What is tartar?

Post Published:06/17/2022

What is tartar?

Tartar, sometimes called calculus, is plaque that has hardened on your teeth. When plaque keeps on your teeth for a long time, minerals from the saliva become incorporated into the plaque, causing it to harden and attach to the surfaces of your teeth. Tartar can also form at and underneath the gumline and can irritate gum tissues. Tartar gives plaque more surface area on which to grow and a much stickier surface to adhere to, which can lead to more serious conditions, such as cavities and gum disease.

Not only can tartar threaten the health of your teeth and gums, but it is also a cosmetic problem. Unlike plaque, which is a colorless film of bacteria, tartar is a mineral buildup that’s quite easy to see above the gumline. When The most common color it shows is yellow or brown. So if you are a coffee or tea drinker, or if you smoke, it is easy to form the tartar on your teeth if not removed properly.

Potential oral problems caused by tartar:
Cavities: Oral bacteria feeding on the sugars we consume leads to the production of acids that contribute to tooth decay and enamel erosion.
Gingivitis: Accumulation of plaque and tartar can lead to gum inflammation, which can cause a mild form of gum disease known as gingivitis. Signs of gingivitis can include swollen, red, tender, and bleeding gums. If not managed, gingivitis can progress into a more severe form of gum disease known as periodontal disease.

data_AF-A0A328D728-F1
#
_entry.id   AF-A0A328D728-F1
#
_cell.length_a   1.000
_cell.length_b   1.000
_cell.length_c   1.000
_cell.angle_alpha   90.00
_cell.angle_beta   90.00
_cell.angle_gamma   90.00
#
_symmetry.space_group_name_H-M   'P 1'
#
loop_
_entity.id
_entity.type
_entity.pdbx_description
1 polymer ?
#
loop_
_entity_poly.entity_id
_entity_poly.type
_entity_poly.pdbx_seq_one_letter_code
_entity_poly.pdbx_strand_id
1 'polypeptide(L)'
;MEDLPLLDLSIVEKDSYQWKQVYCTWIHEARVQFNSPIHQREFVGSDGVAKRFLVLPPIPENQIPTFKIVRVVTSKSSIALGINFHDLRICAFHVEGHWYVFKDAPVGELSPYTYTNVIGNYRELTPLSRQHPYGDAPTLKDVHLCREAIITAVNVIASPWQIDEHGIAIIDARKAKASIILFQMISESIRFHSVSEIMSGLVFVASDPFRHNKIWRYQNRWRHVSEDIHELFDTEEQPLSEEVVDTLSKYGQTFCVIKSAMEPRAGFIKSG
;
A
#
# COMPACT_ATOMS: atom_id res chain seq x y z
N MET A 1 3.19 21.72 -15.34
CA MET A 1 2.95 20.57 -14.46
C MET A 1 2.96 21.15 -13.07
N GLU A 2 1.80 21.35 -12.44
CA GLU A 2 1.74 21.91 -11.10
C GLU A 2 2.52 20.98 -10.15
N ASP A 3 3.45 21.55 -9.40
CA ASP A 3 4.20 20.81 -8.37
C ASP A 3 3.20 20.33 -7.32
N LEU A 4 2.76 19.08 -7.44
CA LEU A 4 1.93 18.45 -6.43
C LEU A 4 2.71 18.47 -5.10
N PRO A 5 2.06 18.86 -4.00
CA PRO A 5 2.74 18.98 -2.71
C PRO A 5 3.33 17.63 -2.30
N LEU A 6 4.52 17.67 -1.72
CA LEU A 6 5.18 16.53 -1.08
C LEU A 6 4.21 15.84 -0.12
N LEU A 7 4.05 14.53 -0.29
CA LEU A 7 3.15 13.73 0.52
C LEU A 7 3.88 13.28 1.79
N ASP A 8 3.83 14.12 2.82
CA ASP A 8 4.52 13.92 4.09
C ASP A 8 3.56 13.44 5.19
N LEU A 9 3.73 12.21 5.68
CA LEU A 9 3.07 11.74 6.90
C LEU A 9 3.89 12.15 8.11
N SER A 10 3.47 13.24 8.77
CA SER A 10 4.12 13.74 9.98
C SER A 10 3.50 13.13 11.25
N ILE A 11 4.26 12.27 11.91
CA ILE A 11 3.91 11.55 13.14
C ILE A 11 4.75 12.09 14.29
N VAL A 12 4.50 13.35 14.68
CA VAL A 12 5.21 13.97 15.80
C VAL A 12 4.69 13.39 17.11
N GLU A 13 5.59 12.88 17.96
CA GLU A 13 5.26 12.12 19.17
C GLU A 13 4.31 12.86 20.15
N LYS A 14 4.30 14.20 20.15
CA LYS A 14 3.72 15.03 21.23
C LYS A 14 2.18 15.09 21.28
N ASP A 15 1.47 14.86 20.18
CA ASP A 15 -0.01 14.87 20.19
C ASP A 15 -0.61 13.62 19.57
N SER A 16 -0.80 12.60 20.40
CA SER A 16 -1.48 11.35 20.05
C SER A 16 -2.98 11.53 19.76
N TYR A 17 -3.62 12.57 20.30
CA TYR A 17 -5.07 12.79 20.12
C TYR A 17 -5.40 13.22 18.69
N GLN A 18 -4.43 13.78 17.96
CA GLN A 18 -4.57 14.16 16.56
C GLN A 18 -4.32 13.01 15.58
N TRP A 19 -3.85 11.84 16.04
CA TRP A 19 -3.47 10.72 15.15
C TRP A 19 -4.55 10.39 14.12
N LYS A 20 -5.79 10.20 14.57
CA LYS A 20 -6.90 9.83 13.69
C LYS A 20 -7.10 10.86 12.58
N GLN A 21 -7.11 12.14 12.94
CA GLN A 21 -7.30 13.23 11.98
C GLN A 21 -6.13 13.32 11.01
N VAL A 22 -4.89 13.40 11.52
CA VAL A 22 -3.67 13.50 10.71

Bad Breath: Tartar buildup can contribute to strong oral odors.

Suggestions for preventing tartar:
1. Brushing regularly, twice a day for 2 minutes a time. Be sure to make the hard-to-reach surface cleaned.
2. Using electric toothbrushes. It’s approved that electric brushes work better in getting rid of the plaques than manual ones.
3. Rinsing your mouth with a fluoride mouthwash. The fluoride-contained mouthwash is helpful to repair enamel and fight the bacteria in plaque.
4. Flossing. Dental floss is the only way to remove plaque between your teeth and keep tartar out of these hard-to-reach areas.
5. Eating a healthy diet. You do not need to give up all the unhealthy food. Just be careful about how often you indulge, and limit the amount of sugary food or junk food you eat.
6. Visiting your dentist regularly. visit your dentist every 6 months to remove any plaque and tartar that might have formed and to prevent further problems.

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